Posts Tagged ‘general prosperity’

Bureaucracy vs Complexity

Thursday, June 21st, 2012

Dear Friends,

It seems to me, the main difference between bureaucratic and complex systems, is that bureaucracies are inefficient and primarily benefit those in charge, while complex systems are extremely efficient and the benefits are more widely distributed. This is a well known truth yet is overlooked by most people. This fact can be applied to many areas of life but is most appropriate in the sphere of economics. Overlooking or disregarding this reality leads to all sorts of negative outcomes, like huge trade deficits, lowered economic outcomes, low or even negative GDP growth, and even outright tyranny.

Bureaucracies are hierarchical in structure. This type of system is characterized by a top down decision making structure. The commanders in such a system can be a single person or a group of people. All governmental structures are built this way. The decisions are made at the top, the middle men enforce them and the people dutifully carry them out. Unfortunately, the natural evolution of this type of system, is for those in charge to become more and more selfish. Feeding both their greed and egos until all the efficiency is wrung out of the system and only the people at the top get any benefits.

This is only one avenue of inefficiency in the bureaucratic system. Perhaps the primary source of inefficiency in a bureaucracy, is that so many decisions need to be made every second of every day in a modern economy, it becomes impossible for any group of people, no matter how smart or benevolent, to keep up. The task is simply too herculean. Just think about how many decisions need to be made when you build a house. The floor plan must be thought out, the type of heating system must be determined, the electrical feed must be decided, the exterior siding and trim must be considered, the color of the home is important to it’s blending into its surroundings, the interior color scheme and trim must also be considered, the roof system and treatment must be thought out, the list goes on and on. This doesn’t even take into account the millions of smaller decisions that need to be made, like figuring the rise and run of the cellar stairs, how long to cut each stud, the rafters must be measured and bird’s mouths cut… etc. Now, magnify this a hundred million times, and we have the decisions that are made in a simple economy in a single second.

Command and control economies, like socialist and communist, are forms of bureaucracies. If we look at the historical examples, of governments that have been socialistic or communistic, we see that this paradigm holds true. Those at the top get the goods while the people get the orders.

Complex systems are distributive in their structure. Decisions are made at the lowest level possible by the people who have the most information regarding them. This distributed decision making structure of the complex system, is the fundamental reason complex systems are so much more efficient… than bureaucratic ones. As the decisions themselves, are made by those most able to amass the necessary information to make them, in the most efficient way possible, the benefits are also distributed to the people… not the bureaucrat. Another reason complex systems are more efficient is that they build in competition. Competition forces efficiency, because those that are less efficient, are surpassed by those who are more efficient. This makes the limited money available more wisely spent and thus achieves the most bang for the buck.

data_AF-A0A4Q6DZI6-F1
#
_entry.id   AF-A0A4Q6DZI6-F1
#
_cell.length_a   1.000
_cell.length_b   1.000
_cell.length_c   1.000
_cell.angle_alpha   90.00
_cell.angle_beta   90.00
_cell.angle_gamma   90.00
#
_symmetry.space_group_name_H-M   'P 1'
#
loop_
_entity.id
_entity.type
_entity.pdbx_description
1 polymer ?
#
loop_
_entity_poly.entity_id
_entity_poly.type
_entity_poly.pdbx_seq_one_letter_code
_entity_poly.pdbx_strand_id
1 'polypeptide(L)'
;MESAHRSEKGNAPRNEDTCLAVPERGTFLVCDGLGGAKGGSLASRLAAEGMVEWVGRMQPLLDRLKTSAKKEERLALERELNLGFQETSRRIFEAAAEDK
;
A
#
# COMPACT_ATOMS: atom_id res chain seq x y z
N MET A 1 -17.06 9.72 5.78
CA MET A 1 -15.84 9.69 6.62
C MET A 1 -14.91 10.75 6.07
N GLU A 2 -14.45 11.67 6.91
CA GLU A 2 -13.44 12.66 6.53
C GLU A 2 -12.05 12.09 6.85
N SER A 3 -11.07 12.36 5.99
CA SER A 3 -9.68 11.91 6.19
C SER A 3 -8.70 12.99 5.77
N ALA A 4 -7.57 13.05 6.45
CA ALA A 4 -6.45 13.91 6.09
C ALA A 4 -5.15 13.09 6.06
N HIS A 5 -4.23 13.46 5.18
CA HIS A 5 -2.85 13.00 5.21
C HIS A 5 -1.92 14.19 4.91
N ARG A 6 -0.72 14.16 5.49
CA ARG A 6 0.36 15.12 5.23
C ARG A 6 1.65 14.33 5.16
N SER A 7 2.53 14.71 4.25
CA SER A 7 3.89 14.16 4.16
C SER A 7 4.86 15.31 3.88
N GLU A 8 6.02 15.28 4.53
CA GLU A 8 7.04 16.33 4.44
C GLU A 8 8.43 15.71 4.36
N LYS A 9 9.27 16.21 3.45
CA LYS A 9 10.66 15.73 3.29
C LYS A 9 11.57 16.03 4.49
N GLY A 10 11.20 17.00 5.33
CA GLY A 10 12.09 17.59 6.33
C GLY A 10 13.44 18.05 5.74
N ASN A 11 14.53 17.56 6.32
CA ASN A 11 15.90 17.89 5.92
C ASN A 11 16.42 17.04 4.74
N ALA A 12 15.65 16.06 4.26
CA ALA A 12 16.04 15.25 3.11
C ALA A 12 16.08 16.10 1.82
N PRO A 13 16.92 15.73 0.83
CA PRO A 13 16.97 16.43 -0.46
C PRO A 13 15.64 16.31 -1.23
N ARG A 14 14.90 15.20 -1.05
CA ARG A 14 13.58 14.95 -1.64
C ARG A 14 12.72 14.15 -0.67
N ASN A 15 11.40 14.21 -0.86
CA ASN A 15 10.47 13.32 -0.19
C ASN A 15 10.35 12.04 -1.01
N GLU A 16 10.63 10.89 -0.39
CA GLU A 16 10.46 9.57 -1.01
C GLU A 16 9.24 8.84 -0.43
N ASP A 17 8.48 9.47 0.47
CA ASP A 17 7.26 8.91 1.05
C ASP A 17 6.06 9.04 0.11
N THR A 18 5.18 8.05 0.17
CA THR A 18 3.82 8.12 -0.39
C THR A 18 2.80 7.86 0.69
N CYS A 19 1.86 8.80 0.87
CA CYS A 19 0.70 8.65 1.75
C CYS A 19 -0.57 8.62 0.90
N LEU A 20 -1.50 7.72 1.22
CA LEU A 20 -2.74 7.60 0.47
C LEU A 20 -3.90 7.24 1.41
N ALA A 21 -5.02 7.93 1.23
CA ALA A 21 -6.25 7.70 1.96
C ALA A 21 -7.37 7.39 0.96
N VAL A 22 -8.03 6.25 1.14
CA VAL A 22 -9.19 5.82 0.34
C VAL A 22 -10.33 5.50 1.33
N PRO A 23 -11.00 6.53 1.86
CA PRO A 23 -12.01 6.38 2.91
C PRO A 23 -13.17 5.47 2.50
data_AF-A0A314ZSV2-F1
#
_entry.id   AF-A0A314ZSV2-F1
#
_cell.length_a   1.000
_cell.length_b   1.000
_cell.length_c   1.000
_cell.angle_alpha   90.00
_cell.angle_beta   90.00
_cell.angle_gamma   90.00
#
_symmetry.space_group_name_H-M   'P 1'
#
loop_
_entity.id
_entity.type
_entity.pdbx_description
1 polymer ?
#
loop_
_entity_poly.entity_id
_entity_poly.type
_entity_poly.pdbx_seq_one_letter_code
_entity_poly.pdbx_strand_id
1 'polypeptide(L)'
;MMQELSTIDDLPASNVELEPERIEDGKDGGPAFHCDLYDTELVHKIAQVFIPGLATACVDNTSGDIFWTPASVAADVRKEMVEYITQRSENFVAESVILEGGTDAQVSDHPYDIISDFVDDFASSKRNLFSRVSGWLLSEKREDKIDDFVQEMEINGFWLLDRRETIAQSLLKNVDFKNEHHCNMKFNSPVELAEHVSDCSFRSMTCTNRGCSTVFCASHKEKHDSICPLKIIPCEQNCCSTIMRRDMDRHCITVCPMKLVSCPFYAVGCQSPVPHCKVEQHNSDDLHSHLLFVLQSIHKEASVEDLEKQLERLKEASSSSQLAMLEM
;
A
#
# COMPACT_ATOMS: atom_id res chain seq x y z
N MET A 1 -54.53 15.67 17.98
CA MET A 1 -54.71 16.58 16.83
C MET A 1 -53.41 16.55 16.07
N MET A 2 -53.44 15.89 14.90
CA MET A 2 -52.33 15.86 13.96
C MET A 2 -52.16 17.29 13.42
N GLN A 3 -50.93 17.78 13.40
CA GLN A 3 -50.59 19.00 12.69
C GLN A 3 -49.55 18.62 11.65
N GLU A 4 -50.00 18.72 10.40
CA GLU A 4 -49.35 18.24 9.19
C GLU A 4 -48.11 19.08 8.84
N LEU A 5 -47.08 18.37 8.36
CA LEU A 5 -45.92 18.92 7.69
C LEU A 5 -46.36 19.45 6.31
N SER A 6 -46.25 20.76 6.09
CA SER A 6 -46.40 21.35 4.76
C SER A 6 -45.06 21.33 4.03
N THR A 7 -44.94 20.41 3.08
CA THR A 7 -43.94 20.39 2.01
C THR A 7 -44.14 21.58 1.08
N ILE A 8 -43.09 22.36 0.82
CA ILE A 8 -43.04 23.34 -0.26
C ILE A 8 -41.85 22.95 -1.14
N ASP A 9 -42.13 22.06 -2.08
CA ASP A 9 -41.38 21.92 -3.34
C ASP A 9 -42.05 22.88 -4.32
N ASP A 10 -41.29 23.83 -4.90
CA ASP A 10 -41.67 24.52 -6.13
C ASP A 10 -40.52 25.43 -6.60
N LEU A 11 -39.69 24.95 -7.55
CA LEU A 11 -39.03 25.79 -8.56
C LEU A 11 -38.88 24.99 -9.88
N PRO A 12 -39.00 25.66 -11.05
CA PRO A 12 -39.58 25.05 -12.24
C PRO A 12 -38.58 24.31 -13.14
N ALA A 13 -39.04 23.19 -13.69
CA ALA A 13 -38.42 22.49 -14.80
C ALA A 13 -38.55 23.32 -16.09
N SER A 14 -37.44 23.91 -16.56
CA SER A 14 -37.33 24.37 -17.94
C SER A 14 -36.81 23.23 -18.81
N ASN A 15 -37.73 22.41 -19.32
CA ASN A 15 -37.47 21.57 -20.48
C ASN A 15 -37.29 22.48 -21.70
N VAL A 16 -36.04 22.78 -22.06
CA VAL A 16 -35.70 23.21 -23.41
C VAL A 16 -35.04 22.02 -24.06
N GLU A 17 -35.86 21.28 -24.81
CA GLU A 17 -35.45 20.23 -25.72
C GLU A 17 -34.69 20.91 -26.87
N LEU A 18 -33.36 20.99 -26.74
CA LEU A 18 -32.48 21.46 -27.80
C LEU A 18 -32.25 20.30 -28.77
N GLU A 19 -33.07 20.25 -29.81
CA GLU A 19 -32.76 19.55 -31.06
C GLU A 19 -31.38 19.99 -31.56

Demand side economics is a form of bureaucratic decision making process, while supply side economics is a form of complex system. Demand side, as expressed by John Maynard Keynes, empowers the bureaucrat to take money from the earners and spend it to drive up demand. Supply side encourages those people who earn money to make their own decisions what to do with it. The one presupposes the individual will make the most of their own money while the other presupposes the government will make the most of someone else’s money.

The upshot is that demand side’s inefficiency’s create incentives to corruption, huge government deficits, general poverty and outright oppression, the other, supply side, leads to economic growth, personal freedom and general prosperity. But demand side has one thing going for it, it empowers those in charge, to misspend money earned by others, to massage their egos, enhance economic outcomes for the rulers and create a perpetual ruling class. As Thrasymachus said, most people just want to be left alone but those great men want power…

So I ask, is it more important that “great” men have power, or that there be general prosperity?


John Pepin